Friday, November 2, 2012

Shipping Your Art

Especially for first-time shippers, packing your artwork to ship to a buyer, gallery, or exhibition seems daunting.  There are so many choices to make and questions in your mind, like "Where do I get boxes? Which shipper can I trust? How do I protect the painting? How much will this cost me?" The truth is, there are many different answers to these questions.

Here you will find 3 ways that I use most often when shipping my artwork. The decision on which one to use depends on a number of factors like how many pieces I am shipping and what their sizes are. On this particular day, I was preparing multiple shipments, and used all 3 ways.

Most self-storage facilities sell boxes. These are much cheaper than the ones you buy at UPS. Buy large 'mirror' boxes ($6-10 each). If you painting is larger than will fit inside one box, you may need to join 2 boxes together to make a larger box. Small boxes for small and medium sized paintings are available at FedEx.

I ship by FedEx and have for several years. They have always treated me well, but I know artists who use UPS too and I have used them a few times in the past. I opened a FedEx account and a FedEx Ground Shipper account so that I can easily make my shipping labels (and return shipment labels if needed) online. I schedule a pick up (an additional $4 on top of shipping costs). To prepare you label you will need the box dimensions and weight of the box. You can give a good estimate if you do not have a scale. FedEx will weigh it too, and charge you accordingly. If you do not have an account or do not wish to open one, take your box to a FedEx staffed facility and have them weigh it for you. Here you will fill out the shipping label by hand.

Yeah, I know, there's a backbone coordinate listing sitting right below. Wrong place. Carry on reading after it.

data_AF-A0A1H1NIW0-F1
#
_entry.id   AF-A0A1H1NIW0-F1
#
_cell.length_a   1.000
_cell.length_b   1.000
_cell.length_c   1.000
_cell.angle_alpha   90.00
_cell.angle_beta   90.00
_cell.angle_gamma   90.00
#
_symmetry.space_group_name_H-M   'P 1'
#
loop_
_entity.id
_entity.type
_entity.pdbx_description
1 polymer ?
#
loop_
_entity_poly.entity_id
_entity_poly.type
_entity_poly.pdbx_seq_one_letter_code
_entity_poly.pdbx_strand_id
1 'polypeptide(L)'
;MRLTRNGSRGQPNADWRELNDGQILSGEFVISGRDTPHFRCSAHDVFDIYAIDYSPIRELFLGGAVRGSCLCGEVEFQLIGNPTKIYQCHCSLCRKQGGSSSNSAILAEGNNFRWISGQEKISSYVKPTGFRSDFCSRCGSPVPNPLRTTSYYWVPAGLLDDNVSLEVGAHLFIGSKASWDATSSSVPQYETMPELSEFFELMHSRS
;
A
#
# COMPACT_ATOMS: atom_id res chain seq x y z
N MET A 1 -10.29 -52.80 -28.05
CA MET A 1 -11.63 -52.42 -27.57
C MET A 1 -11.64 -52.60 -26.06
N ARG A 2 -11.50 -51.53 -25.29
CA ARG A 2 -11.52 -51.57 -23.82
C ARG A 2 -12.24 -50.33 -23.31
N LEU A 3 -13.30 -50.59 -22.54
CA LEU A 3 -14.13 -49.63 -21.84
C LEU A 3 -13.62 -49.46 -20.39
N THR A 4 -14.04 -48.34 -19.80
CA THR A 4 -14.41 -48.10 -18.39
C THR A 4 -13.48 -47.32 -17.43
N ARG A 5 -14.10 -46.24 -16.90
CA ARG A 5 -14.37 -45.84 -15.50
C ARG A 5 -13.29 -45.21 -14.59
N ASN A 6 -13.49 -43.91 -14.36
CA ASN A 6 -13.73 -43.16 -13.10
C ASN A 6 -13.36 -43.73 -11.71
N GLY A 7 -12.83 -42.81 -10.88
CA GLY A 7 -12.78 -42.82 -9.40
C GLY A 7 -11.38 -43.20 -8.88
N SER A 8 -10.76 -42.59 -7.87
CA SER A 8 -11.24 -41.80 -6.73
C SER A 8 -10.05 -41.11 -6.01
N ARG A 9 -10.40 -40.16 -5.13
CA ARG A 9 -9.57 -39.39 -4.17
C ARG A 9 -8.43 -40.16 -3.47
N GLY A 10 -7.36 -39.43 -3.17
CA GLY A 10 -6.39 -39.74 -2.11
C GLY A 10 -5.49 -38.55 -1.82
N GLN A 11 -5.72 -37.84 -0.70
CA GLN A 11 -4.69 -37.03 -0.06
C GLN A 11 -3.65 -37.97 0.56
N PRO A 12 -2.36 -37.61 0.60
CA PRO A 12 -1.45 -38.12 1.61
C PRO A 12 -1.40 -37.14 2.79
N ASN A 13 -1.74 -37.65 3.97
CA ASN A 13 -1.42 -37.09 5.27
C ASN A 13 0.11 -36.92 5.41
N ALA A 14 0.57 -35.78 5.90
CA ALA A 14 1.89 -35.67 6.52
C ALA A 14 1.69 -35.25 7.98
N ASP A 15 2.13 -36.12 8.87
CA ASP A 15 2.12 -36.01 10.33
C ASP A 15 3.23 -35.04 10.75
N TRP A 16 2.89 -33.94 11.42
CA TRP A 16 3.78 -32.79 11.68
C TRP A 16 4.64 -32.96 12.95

The first thing I do in any case, is to protect the corners of the painting with commercially made frame protectors. Seen here are the plastic bubble kind, but you are probably more familiar with the cardboard type.  Either one is fine.  I buy these bubble ones from http://www.twikart.com. They come on a large roll and you tear off as many as you need. If you do not have these on hand, you can make your own with bubble wrap (seen in photo 2) or with several layers of clean craft paper.
Commercially made bubble corner protectors.

 
Protecting with regular bubble wrap.





Commercial corners can be stapled with short staples to keep them from falling off in transit.
Next I protect the front of the painting with a piece of cardboard, mat board, or foamcore, cut slightly larger than the painting itself. Fasten with tape to the protective corners used above.

Stiff board.
Tape board to protective corner.








I place the protected painting into a plastic sleeve (available from shipping suppliers and frame suppliers) and tape securely. Here I have wrapped the painting with bubble wrap on all sides.
One of the pieces I needed to send was fairly small.  I placed protective corners on the frame just like in the example above. I found a box that I had kept when I ordered frames. You will want to make sure you put identifying information INSIDE the box lid or top. I have placed my name and contact information along with a photo of the painting enclosed. This helps if the receiving gallery or exhibition is keeping your box to return your painting to you.
Clean craft paper for padding.
You do not want any 'wiggle' room inside your box. Here I show clean craft paper used to pad around the edges of the painting.

You can also completely wrap the painting in bubble wrap as shown here.